For nearly two years prisoner exchanges were maintained between the Union and Confederate armies. The arrangement benefited both sides. They received men back to go into their armies, and they did not have to guard or feed large numbers of prisoners. However 150 years ago today this arrangement was ended. U. S. Grant ordered that exchanges cease until the Confederates agreed to acknowledge the paroles given to the troops captured at Vicksburg and Port Hudson, and to not treat the colored prisoners differently. Many in the Confederacy wished to enslave captured black soldiers instead of treating them as prisoners of war.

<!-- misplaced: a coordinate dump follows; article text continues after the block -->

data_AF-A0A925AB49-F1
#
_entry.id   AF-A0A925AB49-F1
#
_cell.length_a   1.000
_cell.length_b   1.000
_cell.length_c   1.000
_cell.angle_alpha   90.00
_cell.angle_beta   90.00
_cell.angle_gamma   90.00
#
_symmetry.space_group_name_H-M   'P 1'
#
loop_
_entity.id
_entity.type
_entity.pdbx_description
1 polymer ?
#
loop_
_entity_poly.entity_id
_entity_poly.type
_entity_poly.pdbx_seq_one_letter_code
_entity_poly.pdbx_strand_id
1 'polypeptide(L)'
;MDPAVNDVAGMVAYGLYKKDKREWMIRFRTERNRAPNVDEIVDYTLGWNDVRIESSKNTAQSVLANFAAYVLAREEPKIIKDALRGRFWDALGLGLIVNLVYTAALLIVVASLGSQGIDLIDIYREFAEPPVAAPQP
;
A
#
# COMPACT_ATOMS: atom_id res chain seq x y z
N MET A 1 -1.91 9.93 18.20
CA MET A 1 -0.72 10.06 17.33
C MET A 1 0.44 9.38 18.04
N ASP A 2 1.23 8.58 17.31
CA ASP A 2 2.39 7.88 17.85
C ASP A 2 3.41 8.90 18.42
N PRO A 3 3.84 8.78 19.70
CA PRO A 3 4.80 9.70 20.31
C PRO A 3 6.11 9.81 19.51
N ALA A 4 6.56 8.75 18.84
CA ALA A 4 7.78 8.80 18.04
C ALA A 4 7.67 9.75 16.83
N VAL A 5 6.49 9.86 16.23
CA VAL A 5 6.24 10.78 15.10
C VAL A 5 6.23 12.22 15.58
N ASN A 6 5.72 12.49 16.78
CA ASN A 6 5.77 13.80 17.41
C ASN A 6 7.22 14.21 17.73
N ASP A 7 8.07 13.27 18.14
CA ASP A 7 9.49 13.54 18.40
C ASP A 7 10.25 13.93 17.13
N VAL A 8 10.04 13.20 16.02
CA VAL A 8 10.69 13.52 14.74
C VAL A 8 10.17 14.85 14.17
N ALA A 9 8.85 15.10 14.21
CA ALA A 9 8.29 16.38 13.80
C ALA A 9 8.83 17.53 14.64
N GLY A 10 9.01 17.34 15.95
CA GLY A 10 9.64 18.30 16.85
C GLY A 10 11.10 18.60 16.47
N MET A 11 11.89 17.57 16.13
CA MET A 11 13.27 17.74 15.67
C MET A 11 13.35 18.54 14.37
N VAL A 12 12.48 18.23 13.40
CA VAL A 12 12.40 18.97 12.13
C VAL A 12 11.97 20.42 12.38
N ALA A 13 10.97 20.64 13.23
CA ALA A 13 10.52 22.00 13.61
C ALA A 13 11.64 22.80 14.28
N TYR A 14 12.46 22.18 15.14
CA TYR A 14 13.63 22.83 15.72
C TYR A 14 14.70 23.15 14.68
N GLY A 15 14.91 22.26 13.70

Although there were reasons that motivated the halting of the prisoner exchanges at this particular time, it was part of Grant's larger strategy to wear down the power of the Confederacy. He wrote in August, 1864:
We ought not to make a single exchange nor release a prisoner on any pretext whatever until the war closes. We have got to fight until the military power of the South is exhausted, and if we release or exchange prisoners captured it simply becomes a war of extermination.This policy brought great sufferings on the prisoners of both sides, as their captors had little incentive to provide them with sufficient food, lodging or clothing. In the last few months of the war the prisoners exchanges were resumed.